Service Learning: Geode Bath Bombs

Last Friday, our Year 9 girls participated in a grade wide service learning day where they design posters, create games or interactive activities or a saleable item to raise money and create awareness about this disease in the school community. As part of the NSW syllabus (Stage 5 Living World), students are to recognise how society influences the focus of scientific research.

According to the Cancer Australia, Breast Cancer was the most commonly diagnosed cancer in Australia last year. Hence, my class chose to make geode bath bombs to raise money for the National Breast Cancer Foundation. With Mother’s Day coming up in the following weekend, the girls packaged the bath bombs in the iconic pink ribbon to be sold for a ranging price of $1-$5. The project ran 2 weeks long in class, where students researched about the disease and created geode bath bombs according to the Buzzfeed video recipe. A couple of ingredient/tool substitutes were used including rock salt (instead of epsom salt) and paper cupcake trays (instead of spherical bath bomb  moulds).

My girls raised $62 as a class. Other classes had petting zoos, tie dye t-shirts, mason jars filled with beauty goodies, raffles, candles and more. In total, the grade raised around $800 with the final proceeds donated to the cause chosen by the class that raised the most money.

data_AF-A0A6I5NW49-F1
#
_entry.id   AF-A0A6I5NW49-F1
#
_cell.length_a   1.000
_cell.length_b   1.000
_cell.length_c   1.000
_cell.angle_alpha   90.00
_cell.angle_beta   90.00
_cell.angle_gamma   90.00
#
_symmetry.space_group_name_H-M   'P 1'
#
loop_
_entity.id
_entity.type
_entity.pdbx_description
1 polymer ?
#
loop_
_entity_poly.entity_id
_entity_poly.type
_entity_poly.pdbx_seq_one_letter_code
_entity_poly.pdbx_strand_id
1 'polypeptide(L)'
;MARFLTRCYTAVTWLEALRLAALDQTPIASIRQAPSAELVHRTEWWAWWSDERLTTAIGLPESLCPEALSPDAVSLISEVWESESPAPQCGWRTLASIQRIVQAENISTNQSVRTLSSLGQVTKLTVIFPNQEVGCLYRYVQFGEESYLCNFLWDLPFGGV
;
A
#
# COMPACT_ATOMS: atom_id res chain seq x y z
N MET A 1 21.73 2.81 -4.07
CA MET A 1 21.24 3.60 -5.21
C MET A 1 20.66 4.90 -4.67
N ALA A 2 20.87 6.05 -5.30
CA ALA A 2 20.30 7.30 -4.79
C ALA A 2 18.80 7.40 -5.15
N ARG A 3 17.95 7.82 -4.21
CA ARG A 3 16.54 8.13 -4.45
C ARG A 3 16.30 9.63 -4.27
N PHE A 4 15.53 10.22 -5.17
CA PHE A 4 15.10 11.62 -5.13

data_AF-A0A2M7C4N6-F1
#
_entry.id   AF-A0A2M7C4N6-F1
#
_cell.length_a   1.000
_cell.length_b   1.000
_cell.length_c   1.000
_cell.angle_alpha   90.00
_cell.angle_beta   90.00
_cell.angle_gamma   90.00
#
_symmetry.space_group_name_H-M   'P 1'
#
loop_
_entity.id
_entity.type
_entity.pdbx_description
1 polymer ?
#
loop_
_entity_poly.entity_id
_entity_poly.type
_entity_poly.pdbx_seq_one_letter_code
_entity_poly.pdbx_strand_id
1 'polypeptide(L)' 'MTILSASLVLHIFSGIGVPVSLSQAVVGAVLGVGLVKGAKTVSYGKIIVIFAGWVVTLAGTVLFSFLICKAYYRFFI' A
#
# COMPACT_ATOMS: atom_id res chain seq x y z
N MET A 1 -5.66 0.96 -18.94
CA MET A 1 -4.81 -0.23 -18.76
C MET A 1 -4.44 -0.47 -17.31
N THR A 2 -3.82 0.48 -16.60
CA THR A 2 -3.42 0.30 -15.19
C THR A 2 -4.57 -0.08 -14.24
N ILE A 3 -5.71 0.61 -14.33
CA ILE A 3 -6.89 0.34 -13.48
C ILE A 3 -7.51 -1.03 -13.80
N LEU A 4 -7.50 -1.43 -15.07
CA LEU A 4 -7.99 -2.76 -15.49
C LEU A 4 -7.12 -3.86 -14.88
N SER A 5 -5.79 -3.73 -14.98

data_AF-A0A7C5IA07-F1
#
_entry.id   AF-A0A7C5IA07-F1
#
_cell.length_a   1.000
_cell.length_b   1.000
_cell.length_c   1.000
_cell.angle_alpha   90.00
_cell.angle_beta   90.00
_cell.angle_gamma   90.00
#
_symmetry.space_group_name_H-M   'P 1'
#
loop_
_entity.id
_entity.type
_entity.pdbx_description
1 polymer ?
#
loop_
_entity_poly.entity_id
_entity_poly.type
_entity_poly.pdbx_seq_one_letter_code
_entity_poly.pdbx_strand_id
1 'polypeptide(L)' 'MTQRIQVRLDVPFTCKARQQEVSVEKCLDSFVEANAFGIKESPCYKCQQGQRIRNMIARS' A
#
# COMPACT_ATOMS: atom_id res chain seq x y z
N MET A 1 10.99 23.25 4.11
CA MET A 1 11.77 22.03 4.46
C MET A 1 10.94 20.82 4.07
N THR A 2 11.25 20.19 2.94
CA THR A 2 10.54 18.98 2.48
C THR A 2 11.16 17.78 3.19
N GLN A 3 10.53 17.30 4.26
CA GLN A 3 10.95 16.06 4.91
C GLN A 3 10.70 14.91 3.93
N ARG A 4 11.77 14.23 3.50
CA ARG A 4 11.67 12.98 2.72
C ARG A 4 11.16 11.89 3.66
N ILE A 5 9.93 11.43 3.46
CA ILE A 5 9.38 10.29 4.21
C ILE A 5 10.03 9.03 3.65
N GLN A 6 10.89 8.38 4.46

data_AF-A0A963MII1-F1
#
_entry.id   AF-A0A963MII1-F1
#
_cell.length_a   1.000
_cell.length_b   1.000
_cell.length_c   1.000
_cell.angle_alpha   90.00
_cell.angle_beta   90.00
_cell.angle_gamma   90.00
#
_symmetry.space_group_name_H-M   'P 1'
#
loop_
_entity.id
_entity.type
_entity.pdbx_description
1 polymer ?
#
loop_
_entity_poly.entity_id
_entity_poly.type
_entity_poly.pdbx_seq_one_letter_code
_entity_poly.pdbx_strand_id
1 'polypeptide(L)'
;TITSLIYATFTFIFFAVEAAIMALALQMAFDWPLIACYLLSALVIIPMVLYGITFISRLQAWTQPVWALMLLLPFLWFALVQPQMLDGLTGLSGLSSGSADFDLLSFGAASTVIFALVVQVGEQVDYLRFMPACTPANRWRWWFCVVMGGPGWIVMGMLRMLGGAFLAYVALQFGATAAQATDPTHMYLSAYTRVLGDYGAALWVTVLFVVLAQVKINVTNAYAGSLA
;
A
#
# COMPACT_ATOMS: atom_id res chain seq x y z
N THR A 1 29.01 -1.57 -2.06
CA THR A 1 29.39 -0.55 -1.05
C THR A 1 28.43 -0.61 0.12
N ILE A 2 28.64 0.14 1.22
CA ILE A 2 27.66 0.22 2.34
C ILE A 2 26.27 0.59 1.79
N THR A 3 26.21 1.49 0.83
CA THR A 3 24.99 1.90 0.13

The service learning project involved hours of preparation outside of the classroom by the teachers involved. The materials I purchased was approximately $55 in total and allowed the students to make around 60 bath bombs.


Positives 

  • Students REALLY enjoyed the service learning. A few students took the initiative to personally advertise to other students during roll call. Every student was happy to do some hands-on learning.
  • Every student had a role to play for a successful sale. Some students went around to students and teachers to personally sell the larger bath bombs whilst others managed the store and collected money.
  • Students felt individual and group success when they finished producing a saleable product.

Negatives

  • Increased hours of preparation. I went to the shops twice and spent half a day finding ingredients. I also trialled the bath bombs twice at home. The first time was a failure as I couldn’t get the bath bombs out of their moulds in one piece. The second time I lined the bath bomb moulds with glad wrap as well as used paper cupcake trays (This worked really well!).
  • High competition between classes. Although it wasn’t a competition… it really was.
  • Product over cause. The emphasis became more about the product than raising awareness about the disease.

Verdict

It is worth it but be prepared to smell like rose and coconut oil. Line your bath with a rubber mat as the bath can get slippery from the oil.

Next time, I want the students to focus on the disease and look at case studies of people who have been diagnosed with the disease. This can make the learning more personable for the students and help students understand what they are really raising money for.

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